Reviewing the Arts by UNSW Student Diego Garcia

11 Jul 2019

A Review to Portrait de la jeune fille en feu by Diego Garcia

The Reviewing the Arts course at UNSW allows students to explore a variety of writing modes in arts journalism, including interviews, previews and reviews. The following film review was written by current UNSW student Diego Garcia as part of our partnership with the 2019 Sydney Film Festival.

We are in an art class watching the pupils - my hands mimic theirs, swiping at a notebook in the dark. The instructor, our protagonist, is talking about how to paint faces and we see a flashback prompted by an old painting of hers brought out by a curious student - it is a portrait of a lady on fire. As part of the Sydney Film Festival (SFF), on the 17th of June, I settled down to watch Portrait de la jeune fille en feu (Portrait of a Lady on Fire) by Céline Sciamma that had occasional glitches and white patches that I can only term as a projection error. This film did not turn out to be what I thought it would, and I quickly forgot about the glitches as the film enveloped me.

I perused a synopsis that reads something like “rich French girl in 1700s falls in love with a girl,” and I was steeling myself to watch some people get oppressed and interact with their trauma. However, there were almost no men in the movie, and since most of the oppression and trauma conjured by the 1700s has to do with men, what A Portrait presents is a peek into the best-kept open secrets of womanhood from the period: midnight woodland feasts, cross-social class community, autonomy. The total lack of significant male presence was naturalized and inconspicuous during the film, but the fresh air it brought to the movie sets it apart.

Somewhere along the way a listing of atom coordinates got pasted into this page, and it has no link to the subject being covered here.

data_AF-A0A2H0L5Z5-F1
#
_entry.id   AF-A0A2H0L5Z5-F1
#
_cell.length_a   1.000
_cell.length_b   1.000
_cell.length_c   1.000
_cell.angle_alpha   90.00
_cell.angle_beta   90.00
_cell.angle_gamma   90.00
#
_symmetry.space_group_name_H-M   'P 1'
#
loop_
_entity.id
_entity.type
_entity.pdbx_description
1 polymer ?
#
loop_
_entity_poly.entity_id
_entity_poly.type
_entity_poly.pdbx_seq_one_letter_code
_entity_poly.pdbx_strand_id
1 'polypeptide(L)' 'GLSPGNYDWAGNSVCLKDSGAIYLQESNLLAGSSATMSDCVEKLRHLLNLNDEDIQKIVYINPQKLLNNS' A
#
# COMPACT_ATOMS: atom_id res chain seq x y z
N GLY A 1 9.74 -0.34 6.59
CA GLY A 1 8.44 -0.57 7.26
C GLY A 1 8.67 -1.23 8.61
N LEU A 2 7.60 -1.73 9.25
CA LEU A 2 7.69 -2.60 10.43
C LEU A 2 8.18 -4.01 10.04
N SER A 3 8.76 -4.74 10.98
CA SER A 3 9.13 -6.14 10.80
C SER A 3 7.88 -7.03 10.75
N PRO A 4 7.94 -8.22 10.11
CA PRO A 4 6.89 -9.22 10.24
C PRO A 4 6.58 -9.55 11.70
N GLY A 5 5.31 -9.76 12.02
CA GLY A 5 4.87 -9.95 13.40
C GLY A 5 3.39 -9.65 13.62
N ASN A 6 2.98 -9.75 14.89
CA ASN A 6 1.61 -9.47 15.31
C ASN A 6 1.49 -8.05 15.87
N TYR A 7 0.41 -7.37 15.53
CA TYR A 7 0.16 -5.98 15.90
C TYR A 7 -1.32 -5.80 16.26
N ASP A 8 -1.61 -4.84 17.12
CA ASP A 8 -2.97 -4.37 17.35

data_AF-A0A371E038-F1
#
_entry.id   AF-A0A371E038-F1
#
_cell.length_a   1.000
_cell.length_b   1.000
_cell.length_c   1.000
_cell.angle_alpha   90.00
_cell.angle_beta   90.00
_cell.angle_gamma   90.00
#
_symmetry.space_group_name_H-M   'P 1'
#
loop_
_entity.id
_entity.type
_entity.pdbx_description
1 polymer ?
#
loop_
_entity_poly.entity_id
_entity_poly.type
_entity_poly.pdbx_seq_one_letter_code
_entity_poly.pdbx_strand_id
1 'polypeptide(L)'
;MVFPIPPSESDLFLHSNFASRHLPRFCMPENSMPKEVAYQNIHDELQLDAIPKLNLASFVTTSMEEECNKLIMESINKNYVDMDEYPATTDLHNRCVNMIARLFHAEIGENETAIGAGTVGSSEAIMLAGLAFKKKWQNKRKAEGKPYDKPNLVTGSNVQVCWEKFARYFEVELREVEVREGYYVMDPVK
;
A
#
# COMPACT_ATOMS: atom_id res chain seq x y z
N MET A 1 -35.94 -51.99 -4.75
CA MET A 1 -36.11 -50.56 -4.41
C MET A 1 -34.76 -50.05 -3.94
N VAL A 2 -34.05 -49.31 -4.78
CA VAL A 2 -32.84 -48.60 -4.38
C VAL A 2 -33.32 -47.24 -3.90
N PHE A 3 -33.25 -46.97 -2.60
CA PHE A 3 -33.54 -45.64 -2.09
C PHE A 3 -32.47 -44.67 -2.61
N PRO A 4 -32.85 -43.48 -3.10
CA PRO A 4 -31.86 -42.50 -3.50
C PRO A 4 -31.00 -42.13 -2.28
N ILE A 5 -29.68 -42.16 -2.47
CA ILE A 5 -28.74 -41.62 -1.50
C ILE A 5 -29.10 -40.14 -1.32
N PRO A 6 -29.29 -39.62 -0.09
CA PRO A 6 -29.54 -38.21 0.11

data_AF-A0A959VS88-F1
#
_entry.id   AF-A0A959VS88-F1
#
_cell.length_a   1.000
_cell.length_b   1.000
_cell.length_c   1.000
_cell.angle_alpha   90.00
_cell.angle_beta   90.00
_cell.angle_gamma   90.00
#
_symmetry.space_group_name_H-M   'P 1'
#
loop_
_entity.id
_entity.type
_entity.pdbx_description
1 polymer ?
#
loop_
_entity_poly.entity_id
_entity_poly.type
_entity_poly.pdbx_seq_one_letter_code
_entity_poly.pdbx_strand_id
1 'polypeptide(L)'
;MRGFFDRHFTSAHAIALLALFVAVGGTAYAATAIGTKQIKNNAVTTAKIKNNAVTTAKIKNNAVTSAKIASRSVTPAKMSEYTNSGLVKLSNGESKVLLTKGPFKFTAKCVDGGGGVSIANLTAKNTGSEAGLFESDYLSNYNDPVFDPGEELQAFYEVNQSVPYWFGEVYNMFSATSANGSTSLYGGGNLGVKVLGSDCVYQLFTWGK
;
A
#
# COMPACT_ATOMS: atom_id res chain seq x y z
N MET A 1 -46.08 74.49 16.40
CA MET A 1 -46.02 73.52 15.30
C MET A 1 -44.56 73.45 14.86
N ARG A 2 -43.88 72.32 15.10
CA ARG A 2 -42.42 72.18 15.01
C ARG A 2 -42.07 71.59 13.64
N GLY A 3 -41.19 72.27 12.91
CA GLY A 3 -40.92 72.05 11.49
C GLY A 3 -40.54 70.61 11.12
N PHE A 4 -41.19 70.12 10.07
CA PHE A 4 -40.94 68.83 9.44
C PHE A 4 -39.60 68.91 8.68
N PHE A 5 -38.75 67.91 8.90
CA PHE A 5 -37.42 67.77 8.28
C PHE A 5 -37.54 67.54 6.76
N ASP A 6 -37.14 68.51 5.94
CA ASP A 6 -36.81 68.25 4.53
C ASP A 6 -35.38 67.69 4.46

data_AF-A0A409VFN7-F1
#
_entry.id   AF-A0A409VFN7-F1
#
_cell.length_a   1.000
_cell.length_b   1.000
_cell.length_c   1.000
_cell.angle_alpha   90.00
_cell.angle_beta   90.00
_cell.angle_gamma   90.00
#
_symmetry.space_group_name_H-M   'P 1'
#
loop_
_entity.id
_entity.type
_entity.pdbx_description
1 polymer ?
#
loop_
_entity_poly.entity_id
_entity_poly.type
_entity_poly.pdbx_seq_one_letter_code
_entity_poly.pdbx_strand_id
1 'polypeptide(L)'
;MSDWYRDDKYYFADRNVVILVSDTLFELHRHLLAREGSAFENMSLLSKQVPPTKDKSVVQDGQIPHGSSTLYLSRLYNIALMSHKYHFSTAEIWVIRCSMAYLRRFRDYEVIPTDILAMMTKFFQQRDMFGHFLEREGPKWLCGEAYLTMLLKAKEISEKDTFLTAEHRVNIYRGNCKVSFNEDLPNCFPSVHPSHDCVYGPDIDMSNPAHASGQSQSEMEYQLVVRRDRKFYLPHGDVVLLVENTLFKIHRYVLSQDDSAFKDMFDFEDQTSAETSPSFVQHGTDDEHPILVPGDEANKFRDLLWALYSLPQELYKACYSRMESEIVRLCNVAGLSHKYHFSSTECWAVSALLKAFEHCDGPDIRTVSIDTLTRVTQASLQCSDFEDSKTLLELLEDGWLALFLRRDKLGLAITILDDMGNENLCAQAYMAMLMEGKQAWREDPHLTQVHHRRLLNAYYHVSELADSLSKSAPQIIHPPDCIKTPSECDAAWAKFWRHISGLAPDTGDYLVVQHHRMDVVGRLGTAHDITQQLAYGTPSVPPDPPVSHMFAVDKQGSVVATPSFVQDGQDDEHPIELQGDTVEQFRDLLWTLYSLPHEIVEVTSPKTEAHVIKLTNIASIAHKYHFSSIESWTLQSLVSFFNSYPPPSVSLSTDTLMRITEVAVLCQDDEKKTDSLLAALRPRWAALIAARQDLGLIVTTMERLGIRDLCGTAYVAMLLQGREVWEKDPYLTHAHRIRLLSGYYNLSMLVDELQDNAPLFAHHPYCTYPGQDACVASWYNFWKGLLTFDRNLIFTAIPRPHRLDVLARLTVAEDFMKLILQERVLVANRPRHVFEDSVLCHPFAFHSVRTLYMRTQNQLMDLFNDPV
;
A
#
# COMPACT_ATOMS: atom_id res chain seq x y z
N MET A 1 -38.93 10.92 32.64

Being a French film, there was a lot of intense looking. Looking at nature, gazing at each other, gazing at the audience. Gaze is loaded in this film and it’s part of what holds long moments of tension together despite a lack of soundtrack, which, like the men, wasn’t in the picture.

For the most part this film is focussed and precise in all aspects, from the camera work to the narrative. However, there is a glaring tonal inconsistency in the use of the ‘vision of a lady in a white dress’ as a supernatural trope that shatters the world of the movie where there is no other hint of magic, ghosts or the supernatural. It also uses an overplayed piece of classical music (Vivaldi’s Four Seasons) as part of a diegetic concert that supports the last major plot point of the film. The extremely minimal use of soundtrack which served the movie really well up to this point, only exacerbated and emphasized the unfortunate break in the fourth wall that this final scene caused.

The artist falling in love with their subject is an old tale, and the prolific use of Greek myth and allegory in the film alludes to this fact, while also prompting a reconsideration of those ancient stories which are seen in a totally new light. This movie questions the motivations of the classic hero - are they as selfless as they seem? And it goes full circle to suggest that maybe being selfish and looking after oneself is a selfless act, in a way.

Just like it’s characters, A Portrait of a Lady on Fire is an open secret. We want to find out the truth and unravel a mystery, but the drama is in the complexity and pacing of the narrative, not in deceit. The foreshadowing prompts you to focus on moods, themes and archetypes rather than upcoming story points or narrative beats.

This film is memorable - not because it is controversial or shocking, but because it is a really good work of art.